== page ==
pre and post condition rules n.
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Pre and Post Condition Rules. Definition : If R and S are two assertions, then R is said to be stronger than S if R -> S (R implies S). Example : the assertion i < 0 is stronger than the assertion i < 3 because i < 0 implies that i < 3 ( i < 0 is true implies that i < 3 is true)

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pre and post condition rules
Pre and Post Condition Rules
  • Definition : If R and S are two assertions, then R is said to be stronger than S if R -> S (R implies S).
    • Example :
      • the assertion i < 0 is stronger than the assertion i < 3 because i < 0 implies that i < 3 ( i < 0 is true implies that i < 3 is true)
      • draw the set and subset diagram to get a better “feel,” if needed
    • Note that if R is stronger than S, then all states that satisfy R will satisfy S. But there is at least one state that satisfies S which will not satisfy R. So the number of states that satisfies S is larger than that of R. Thus one may view the notion of “stronger” as “more selective” because less states will satisfy the stronger condition.
    • Of course, if R is strongerthan S, then S is weaker than R
precondition strengthening
Precondition Strengthening
  • Rule 1: If P’ is stronger than P and if {P}C{Q} triple is correct, then with the strengthened precondition assertion, {P’}C{Q} triple is also correct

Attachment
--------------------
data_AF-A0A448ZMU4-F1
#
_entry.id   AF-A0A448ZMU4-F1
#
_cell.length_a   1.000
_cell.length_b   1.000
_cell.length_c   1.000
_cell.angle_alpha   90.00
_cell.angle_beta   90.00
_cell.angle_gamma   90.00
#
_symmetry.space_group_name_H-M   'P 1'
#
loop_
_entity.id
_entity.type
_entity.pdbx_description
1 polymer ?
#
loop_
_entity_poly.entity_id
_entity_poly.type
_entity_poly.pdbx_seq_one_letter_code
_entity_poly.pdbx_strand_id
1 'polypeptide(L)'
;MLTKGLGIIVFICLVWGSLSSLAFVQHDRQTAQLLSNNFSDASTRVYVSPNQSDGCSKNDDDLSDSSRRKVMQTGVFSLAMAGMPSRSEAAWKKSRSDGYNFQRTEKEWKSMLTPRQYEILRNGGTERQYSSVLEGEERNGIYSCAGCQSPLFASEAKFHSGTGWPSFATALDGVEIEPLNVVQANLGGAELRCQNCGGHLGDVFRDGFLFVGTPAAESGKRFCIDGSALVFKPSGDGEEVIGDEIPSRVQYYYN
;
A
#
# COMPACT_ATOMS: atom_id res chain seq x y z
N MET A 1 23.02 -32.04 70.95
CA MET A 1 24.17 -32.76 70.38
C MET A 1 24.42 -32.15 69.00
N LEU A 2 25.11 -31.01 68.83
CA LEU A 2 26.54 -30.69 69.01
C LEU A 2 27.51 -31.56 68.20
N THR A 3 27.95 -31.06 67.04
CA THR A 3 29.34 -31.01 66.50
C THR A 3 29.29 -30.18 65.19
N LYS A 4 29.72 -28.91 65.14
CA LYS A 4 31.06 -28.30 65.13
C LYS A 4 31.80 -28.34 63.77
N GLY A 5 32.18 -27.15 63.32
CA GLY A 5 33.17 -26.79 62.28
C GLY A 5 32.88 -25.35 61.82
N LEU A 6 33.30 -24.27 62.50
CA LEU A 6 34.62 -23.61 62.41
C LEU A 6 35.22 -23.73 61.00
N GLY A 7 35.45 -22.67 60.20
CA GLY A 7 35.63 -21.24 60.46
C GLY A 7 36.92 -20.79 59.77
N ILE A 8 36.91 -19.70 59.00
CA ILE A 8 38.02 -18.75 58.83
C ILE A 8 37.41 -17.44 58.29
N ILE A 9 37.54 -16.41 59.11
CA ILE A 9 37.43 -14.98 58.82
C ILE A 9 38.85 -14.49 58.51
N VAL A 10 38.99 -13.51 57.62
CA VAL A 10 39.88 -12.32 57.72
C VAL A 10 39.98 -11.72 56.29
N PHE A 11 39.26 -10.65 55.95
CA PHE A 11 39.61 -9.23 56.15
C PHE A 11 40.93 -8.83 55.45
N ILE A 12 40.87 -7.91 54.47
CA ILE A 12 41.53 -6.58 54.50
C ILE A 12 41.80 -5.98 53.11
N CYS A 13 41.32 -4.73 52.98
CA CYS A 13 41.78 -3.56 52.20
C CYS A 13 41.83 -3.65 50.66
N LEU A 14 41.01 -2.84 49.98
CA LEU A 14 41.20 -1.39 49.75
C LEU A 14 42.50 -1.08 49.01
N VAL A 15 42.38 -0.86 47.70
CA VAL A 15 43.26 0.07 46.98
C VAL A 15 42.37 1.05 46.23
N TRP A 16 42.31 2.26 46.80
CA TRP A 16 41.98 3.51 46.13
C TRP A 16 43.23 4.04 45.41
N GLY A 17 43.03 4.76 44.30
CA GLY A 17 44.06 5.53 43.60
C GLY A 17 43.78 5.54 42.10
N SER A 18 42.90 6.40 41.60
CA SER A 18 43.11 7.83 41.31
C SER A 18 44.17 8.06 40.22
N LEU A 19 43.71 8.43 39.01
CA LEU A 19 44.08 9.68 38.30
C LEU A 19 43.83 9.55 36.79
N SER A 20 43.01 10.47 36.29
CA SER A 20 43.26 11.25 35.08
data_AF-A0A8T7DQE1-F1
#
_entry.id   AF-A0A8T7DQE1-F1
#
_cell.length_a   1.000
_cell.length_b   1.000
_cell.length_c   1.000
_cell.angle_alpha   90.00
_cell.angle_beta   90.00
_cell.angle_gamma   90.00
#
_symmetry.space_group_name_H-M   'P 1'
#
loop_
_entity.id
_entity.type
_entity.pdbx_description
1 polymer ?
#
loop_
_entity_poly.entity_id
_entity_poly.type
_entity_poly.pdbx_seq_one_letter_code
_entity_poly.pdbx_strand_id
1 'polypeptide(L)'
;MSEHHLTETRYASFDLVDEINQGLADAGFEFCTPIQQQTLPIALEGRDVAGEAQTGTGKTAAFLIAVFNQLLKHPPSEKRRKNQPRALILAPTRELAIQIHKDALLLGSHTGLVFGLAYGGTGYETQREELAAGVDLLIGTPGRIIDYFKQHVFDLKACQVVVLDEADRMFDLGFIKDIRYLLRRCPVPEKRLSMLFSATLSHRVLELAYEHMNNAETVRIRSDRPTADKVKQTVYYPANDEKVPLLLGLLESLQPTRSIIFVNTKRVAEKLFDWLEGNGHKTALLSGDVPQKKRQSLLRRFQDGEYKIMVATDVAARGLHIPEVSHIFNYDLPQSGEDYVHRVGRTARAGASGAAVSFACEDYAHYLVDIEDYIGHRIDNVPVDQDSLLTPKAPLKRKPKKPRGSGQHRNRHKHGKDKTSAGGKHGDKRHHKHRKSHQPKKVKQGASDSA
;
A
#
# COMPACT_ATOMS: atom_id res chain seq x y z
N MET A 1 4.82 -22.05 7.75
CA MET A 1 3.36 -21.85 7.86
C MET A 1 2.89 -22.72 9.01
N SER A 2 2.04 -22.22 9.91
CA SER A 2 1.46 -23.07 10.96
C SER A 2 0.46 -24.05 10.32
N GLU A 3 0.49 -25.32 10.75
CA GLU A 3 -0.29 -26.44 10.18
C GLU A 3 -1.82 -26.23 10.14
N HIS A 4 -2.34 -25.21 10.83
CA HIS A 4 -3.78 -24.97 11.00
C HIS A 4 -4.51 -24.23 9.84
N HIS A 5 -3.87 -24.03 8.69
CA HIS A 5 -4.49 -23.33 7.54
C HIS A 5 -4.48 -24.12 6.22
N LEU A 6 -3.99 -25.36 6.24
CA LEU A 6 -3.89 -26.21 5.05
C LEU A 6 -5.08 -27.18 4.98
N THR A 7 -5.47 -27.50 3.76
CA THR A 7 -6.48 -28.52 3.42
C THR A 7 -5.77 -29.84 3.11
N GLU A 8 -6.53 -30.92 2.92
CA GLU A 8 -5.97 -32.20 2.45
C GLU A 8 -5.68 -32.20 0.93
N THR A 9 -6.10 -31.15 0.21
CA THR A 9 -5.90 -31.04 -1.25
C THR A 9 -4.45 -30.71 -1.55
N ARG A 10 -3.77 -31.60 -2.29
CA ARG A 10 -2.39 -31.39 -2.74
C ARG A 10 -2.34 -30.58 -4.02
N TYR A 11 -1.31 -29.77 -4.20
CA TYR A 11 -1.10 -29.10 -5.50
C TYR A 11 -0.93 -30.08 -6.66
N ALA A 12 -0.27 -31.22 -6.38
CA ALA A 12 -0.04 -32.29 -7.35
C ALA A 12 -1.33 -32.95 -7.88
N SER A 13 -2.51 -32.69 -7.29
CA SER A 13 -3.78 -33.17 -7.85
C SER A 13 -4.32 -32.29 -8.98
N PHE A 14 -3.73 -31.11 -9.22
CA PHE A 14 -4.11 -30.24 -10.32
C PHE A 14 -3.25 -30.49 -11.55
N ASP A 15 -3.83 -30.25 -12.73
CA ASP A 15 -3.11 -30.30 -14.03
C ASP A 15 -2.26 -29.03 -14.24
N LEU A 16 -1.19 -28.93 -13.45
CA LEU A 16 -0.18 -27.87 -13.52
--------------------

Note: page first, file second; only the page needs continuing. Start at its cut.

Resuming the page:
• Example :
      • if {P}C{Q} is correct, for P which is (x>0), then for P’, which asserts (x>2), the triple {P’}C{Q} will also be correct.
  • Rule 1 - More formally :
      • P’ -> P (strengthening p to p’)
      • {P}C{Q}
      • {P’}C{Q}
    • Example : if {x <5} x:= x+1 {x < 6} is correct, then strengthening {P} to {x < 3} should give us {x<3} x:=x+1 {x<6} as also correct because :
      • {x<3} -> {x<5}
      • {x<5} x := x+1 {x<6}
      • {x<3} x := x+1 {x<6}
post condition weakening
Post Condition Weakening
  • Rule 2: If Q -> Q’ and {P}C{Q} triple is correct then {P}C{Q’} triple is correct
    • Rule 2 : Formally we have:
      • {P}C{Q}
      • Q -> Q’
      • {P}C{Q’}
    • Example :
      • if { } max := b {max=b} then show { } max:=b {max >= b}

{ } max := b {max =b}

{max = b} -> {max >= b}

{ } max:=b {max >=b }

conjunction and and disjunction or rules
Conjunction (AND) and Disjunction (OR) Rules
  • Rule 3: If C is a piece of code, {P}C{Q} AND {P’}C{Q’} are correct (note that both of the conditions have to be True simultaneously), then {P AND P’} C {Q AND Q’} is also correct
    • Formally :
      • {P} C {Q}
      • {P’} C {Q’}
      • {P AND P’} C {Q AND Q’}
  • Rule 4:If C is a piece of code, {P}C{Q} AND {P’}C{Q’}, then {P OR P’} C {Q OR Q’} is also correct
    • Formally :
      • {P} C {Q}
      • {P’} C {Q’}
      • {P OR P’} C {Q OR Q’}
example using conjunction rule more
Example using Conjunction Rule & more
  • Problem : given the following Hoare Triples:
    • { } x:= x+1 { x = x+1 } AND [note that x:= x + 1 has multiple meanings here !]
    • {x>0} x:= x +1 {x > 0}
    • show that {x>0} x:=x+1 {x > -1}
  • Proof : (a little more detailed than needed)
    • a) using conjunction rule, we get {x>0} x:= x+ 1{x=x+1 AND x>0}
    • b) using the weakening the post-condition rule, we have {x=x+1 and x>0} -> {x>0}; thus the conjunction triple {x>0} x:=x+1 {x=x+1 AND x>0} also imply {x>0} x:=x+1 {x>0} is correct by weakening the post condition
      • Furthermore {x > 0 } -> { x > - 1} (or x > 0 is stronger than x > -1)
    • Therefore we have {x>0} x := x+1 {x>-1} (by weakening the post condition)
    • Alternatively : note that the weakening of post condition can be achieved through dropping x=x+1 and also directly weakening x > 0 to x > -1.
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